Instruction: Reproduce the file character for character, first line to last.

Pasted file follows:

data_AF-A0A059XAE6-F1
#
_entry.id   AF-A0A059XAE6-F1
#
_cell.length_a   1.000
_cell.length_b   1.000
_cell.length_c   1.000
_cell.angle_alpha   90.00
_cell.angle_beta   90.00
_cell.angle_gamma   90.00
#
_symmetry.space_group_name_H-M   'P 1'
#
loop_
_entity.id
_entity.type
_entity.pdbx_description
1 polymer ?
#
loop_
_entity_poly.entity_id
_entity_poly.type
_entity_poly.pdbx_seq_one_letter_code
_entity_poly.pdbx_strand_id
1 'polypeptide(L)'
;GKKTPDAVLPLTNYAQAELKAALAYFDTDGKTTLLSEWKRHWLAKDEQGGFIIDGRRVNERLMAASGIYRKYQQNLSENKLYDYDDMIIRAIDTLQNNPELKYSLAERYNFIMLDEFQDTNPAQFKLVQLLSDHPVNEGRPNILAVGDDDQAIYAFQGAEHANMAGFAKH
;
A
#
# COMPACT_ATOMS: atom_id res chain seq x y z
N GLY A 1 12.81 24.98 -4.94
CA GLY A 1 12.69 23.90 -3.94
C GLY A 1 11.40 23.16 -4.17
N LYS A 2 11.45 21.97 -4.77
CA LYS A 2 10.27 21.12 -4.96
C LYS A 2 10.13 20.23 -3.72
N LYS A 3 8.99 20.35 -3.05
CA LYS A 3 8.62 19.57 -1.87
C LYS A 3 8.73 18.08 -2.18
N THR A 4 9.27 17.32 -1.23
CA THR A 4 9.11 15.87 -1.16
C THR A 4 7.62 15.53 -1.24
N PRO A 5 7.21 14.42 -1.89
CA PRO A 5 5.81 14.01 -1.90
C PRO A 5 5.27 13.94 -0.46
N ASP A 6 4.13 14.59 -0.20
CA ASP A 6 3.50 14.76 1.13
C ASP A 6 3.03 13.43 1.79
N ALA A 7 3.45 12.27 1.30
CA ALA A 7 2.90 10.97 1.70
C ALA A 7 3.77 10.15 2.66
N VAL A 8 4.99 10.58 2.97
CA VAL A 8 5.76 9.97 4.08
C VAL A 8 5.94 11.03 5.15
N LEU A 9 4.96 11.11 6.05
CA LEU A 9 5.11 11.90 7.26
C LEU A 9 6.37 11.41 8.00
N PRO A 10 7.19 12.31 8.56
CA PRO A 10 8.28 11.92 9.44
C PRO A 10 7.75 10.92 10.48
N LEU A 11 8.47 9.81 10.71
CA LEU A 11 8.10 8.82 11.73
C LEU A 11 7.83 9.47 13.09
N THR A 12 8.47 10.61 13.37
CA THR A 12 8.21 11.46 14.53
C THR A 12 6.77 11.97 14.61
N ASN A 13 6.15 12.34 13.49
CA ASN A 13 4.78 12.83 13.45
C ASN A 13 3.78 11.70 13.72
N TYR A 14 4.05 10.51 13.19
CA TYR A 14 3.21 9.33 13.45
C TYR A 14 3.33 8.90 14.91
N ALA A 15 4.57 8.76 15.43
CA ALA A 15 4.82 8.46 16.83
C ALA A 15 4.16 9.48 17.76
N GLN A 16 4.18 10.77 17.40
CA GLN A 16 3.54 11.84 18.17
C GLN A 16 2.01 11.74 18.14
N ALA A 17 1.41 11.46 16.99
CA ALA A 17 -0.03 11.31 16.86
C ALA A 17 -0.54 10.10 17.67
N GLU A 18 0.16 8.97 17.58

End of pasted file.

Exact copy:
data_AF-A0A059XAE6-F1
#
_entry.id   AF-A0A059XAE6-F1
#
_cell.length_a   1.000
_cell.length_b   1.000
_cell.length_c   1.000
_cell.angle_alpha   90.00
_cell.angle_beta   90.00
_cell.angle_gamma   90.00
#
_symmetry.space_group_name_H-M   'P 1'
#
loop_
_entity.id
_entity.type
_entity.pdbx_description
1 polymer ?
#
loop_
_entity_poly.entity_id
_entity_poly.type
_entity_poly.pdbx_seq_one_letter_code
_entity_poly.pdbx_strand_id
1 'polypeptide(L)'
;GKKTPDAVLPLTNYAQAELKAALAYFDTDGKTTLLSEWKRHWLAKDEQGGFIIDGRRVNERLMAASGIYRKYQQNLSENKLYDYDDMIIRAIDTLQNNPELKYSLAERYNFIMLDEFQDTNPAQFKLVQLLSDHPVNEGRPNILAVGDDDQAIYAFQGAEHANMAGFAKH
;
A
#
# COMPACT_ATOMS: atom_id res chain seq x y z
N GLY A 1 12.81 24.98 -4.94
CA GLY A 1 12.69 23.90 -3.94
C GLY A 1 11.40 23.16 -4.17
N LYS A 2 11.45 21.97 -4.77
CA LYS A 2 10.27 21.12 -4.96
C LYS A 2 10.13 20.23 -3.72
N LYS A 3 8.99 20.35 -3.05
CA LYS A 3 8.62 19.57 -1.87
C LYS A 3 8.73 18.08 -2.18
N THR A 4 9.27 17.32 -1.23
CA THR A 4 9.11 15.87 -1.16
C THR A 4 7.62 15.53 -1.24
N PRO A 5 7.21 14.42 -1.89
CA PRO A 5 5.81 14.01 -1.90
C PRO A 5 5.27 13.94 -0.46
N ASP A 6 4.13 14.59 -0.20
CA ASP A 6 3.50 14.76 1.13
C ASP A 6 3.03 13.43 1.79
N ALA A 7 3.45 12.27 1.30
CA ALA A 7 2.90 10.97 1.70
C ALA A 7 3.77 10.15 2.66
N VAL A 8 4.99 10.58 2.97
CA VAL A 8 5.76 9.97 4.08
C VAL A 8 5.94 11.03 5.15
N LEU A 9 4.96 11.11 6.05
CA LEU A 9 5.11 11.90 7.26
C LEU A 9 6.37 11.41 8.00
N PRO A 10 7.19 12.31 8.56
CA PRO A 10 8.28 11.92 9.44
C PRO A 10 7.75 10.92 10.48
N LEU A 11 8.47 9.81 10.71
CA LEU A 11 8.10 8.82 11.73
C LEU A 11 7.83 9.47 13.09
N THR A 12 8.47 10.61 13.37
CA THR A 12 8.21 11.46 14.53
C THR A 12 6.77 11.97 14.61
N ASN A 13 6.15 12.34 13.49
CA ASN A 13 4.78 12.83 13.45
C ASN A 13 3.78 11.70 13.72
N TYR A 14 4.05 10.51 13.19
CA TYR A 14 3.21 9.33 13.45
C TYR A 14 3.33 8.90 14.91
N ALA A 15 4.57 8.76 15.43
CA ALA A 15 4.82 8.46 16.83
C ALA A 15 4.16 9.48 17.76
N GLN A 16 4.18 10.77 17.40
CA GLN A 16 3.54 11.84 18.17
C GLN A 16 2.01 11.74 18.14
N ALA A 17 1.41 11.46 16.99
CA ALA A 17 -0.03 11.31 16.86
C ALA A 17 -0.54 10.10 17.67
N GLU A 18 0.16 8.97 17.58